Hurricane Sandy was hours from striking lower Manhattan when a motorist parking outside the Bridge Café asked the proprietor if his car would be safe there.
The proprietor, Adam Weprin, answered with the confidence of someone who owns the oldest drinking establishment in New York, its three story wood structure unscathed by all of nature’s buffeting over 218 years.
“Come on, the building’s been fine since 1794, what’s going to happen?” Weprin said.
Anyway, this spot on Water Street where the café stood was on a marked incline more than two blocks from the water below. And 48-year-old Weprin was giving himself further reason not to worry by adding more sandbags to those he had begun placing outside the cafe the day before. The guy running a nearby construction site had said he could help himself to as much sand as he needed and he was shouldering a 50 pound bag of it when he was surrounded by what his general manager tallied to be 15 cops.
“Sir, can you put that down?” one of the cops asked by his recollection.
“Is there a problem, officer?” Weprin asked.
The cops thought he might be a looter. They were not completely convinced otherwise even after he explained the arrangement with the construction site and he demonstrated that his key unlocked the cafe's door and he showed them ID and the general manager produced a Bridge Café pay stub.
“They actually wrote our names down in case somebody complains about missing sand,” Weprin recalls. “I said, ‘If you want me to bring the sand back tomorrow, I’d be happy to.’”
Weprin was in the midst of the final preparations when two customers appeared, saying every other establishment in the area had already shut down.
“We’re sandbagging and they said, ‘Can we have as quick couple of drinks before the impending doom and gloom?” Weprin recalls. “We said, ‘Of course.’”
Weprin had closed the kitchen the night before with a final take out order of buffalo steak—hold the pepper—for his mother. He now kept the bar open for the couple to sip completely appropriate cocktails.
“Old fashioneds,” he recalls.
After all, this was the most old fashioned bar in the city, dating back to when George Washington was president. It started as a tough riverfront den and is said to have been the scene of at least two murders, one in 1862 in which a woman named Catherine Curran was forced to drink three decanters of “burning fluid and alcohol” in an hour by her ex-lover and his new paramour. It was one of a row of three bordellos owned by Tom Norton, who was said to have previously been a mate with the Black Ball line of mail carriers, “bloodboats,” so named because the management was notoriously brutal in its determination to run on time. The regulars there in 1880 included Joseph Frazer, a deputy U.S. Marshal whom the New York Sun described as also being “a thief and confederate of thieves.”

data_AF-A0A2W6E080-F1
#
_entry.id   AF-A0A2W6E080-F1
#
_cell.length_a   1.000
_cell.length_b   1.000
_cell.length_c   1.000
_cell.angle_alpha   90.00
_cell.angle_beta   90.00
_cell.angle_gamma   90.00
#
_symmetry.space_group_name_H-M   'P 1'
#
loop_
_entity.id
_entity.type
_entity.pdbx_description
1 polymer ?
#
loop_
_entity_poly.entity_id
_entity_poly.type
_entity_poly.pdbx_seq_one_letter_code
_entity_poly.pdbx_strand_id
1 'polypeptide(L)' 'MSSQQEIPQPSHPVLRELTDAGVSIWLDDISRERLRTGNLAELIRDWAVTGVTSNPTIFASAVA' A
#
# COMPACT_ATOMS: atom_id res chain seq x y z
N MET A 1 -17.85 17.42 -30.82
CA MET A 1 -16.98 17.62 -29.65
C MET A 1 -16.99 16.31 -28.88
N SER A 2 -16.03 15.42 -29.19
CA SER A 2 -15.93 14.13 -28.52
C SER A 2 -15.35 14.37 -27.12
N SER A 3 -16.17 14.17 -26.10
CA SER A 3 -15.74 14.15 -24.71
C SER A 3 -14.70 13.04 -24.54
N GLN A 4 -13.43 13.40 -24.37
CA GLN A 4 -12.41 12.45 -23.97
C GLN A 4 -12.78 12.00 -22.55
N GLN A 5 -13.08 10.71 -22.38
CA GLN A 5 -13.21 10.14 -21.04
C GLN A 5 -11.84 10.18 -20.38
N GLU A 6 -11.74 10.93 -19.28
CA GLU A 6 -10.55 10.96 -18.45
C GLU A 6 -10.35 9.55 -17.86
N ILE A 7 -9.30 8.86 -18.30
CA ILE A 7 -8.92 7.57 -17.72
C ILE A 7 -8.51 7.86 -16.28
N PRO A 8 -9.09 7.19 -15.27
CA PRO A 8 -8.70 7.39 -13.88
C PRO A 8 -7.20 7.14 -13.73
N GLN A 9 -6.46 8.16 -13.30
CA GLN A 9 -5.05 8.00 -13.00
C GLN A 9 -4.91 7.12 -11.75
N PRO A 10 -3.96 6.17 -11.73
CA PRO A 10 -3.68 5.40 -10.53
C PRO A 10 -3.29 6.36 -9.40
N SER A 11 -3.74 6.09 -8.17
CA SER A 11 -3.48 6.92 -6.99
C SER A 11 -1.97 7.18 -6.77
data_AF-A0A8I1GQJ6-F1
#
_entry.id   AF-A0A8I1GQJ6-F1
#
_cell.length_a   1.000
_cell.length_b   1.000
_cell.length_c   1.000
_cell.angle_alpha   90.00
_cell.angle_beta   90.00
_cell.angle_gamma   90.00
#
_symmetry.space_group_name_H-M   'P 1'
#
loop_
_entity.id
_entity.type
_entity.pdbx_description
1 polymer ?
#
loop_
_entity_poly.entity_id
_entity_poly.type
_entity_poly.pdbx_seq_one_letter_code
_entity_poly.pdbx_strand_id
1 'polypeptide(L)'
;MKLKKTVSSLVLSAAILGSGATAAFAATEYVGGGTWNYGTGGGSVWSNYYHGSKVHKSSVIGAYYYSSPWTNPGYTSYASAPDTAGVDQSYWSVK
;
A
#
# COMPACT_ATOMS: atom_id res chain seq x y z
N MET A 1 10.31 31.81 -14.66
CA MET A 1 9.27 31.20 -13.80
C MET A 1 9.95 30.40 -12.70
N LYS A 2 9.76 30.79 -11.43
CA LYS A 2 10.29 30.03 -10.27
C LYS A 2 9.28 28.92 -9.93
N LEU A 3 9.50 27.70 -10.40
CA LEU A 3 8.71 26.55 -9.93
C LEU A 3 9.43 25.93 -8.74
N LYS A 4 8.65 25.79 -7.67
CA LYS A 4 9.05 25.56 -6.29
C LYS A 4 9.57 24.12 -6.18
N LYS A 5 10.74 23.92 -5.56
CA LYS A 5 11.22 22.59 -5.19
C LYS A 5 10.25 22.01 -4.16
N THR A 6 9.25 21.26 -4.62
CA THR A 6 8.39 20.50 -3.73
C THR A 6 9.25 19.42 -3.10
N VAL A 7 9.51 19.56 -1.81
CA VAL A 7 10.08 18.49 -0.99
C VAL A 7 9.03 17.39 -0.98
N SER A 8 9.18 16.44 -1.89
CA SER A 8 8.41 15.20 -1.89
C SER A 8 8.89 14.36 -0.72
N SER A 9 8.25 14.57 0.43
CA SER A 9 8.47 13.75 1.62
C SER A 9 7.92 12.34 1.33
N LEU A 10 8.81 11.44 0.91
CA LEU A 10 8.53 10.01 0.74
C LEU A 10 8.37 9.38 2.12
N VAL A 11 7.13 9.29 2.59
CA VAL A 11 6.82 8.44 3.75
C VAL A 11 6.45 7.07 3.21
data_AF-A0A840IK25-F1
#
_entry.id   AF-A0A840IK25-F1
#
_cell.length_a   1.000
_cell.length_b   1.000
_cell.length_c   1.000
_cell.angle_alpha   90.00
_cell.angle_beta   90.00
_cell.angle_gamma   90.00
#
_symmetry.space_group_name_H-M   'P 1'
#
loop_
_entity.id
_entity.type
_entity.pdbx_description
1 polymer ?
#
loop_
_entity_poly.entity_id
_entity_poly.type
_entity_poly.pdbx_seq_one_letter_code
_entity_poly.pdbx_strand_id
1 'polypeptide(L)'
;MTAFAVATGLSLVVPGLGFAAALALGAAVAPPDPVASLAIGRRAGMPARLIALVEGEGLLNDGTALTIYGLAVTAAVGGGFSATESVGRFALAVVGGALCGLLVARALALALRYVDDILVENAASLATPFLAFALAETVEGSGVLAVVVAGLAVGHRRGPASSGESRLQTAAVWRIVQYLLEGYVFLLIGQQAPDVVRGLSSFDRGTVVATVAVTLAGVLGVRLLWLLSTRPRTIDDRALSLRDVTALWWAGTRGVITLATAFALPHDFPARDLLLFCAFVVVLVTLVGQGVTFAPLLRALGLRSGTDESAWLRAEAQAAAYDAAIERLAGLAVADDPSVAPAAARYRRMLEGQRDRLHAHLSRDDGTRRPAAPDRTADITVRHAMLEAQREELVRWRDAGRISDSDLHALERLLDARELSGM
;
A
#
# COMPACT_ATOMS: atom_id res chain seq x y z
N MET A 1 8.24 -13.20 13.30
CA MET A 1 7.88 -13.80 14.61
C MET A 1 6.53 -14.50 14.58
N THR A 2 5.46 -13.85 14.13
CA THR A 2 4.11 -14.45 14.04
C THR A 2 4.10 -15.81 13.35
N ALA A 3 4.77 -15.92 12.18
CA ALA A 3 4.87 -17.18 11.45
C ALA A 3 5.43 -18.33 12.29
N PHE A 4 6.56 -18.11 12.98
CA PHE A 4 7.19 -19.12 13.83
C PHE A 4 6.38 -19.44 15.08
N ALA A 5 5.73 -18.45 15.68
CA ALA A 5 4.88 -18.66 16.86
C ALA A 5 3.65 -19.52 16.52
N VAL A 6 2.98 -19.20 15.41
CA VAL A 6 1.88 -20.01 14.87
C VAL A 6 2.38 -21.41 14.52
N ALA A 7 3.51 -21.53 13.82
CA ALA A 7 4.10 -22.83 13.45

In 1922, it was purchased by the McCormack family, who kept it running through prohibition by discreetly dispensing illicit beer from Brooklyn. The real life Detective Eddie Egan of “The French Connection” fame found the hideaway McComrakc’s bar and grill tucked in beside the Brooklyn Bridge to be a perfect place to take his snitches in the Sixties and that earned the establishment’s exterior a cameo in the 1971 movie. The McCormack family put the place up for sale eight years later.
As Adam Weprin recalls, his father, real estate lawyer Jack Weprin, only came across the ad because it was mistakenly listed as “waterfront property.” Jack Weprin found himself buying it without yet knowing its history.
“On a bizarre whim,” Adam Weprin says.
The establishment‘s charms were obscured by some modern additions that were hardly improvements.
“You had to see though the fluorescent lights and the beer ad,“ Adam Weprin recalls.
The lights were replaced, but a good many of the old customers continued to frequent what was renamed the Bridge Café. They included various newspaper types as well as a pair of numbers guys named Sonny and Johnny and a fishmonger from the nearby Fulton Fish market named Anthony, who by special arrangement with the Weprins would come in the early morning when just the kitchen crew was there. He would afterwards leave four empty beer bottles, two dollar under three of them, the fourth a self-awarded buyback.
“We could also tell Anthony had been there because of the fish smell,” Adam Weprin says. “There would be fish scales under his seat.”
Among the new regulars was Ed Koch, who would come in for lunch at least twice a week at precisely 12:15 pm, during as well as after his time as mayor. The café acquired further renown by retaining, Leslie Revsin, one of the first great American chef’s of either gender and all the more rare at the time for being a woman.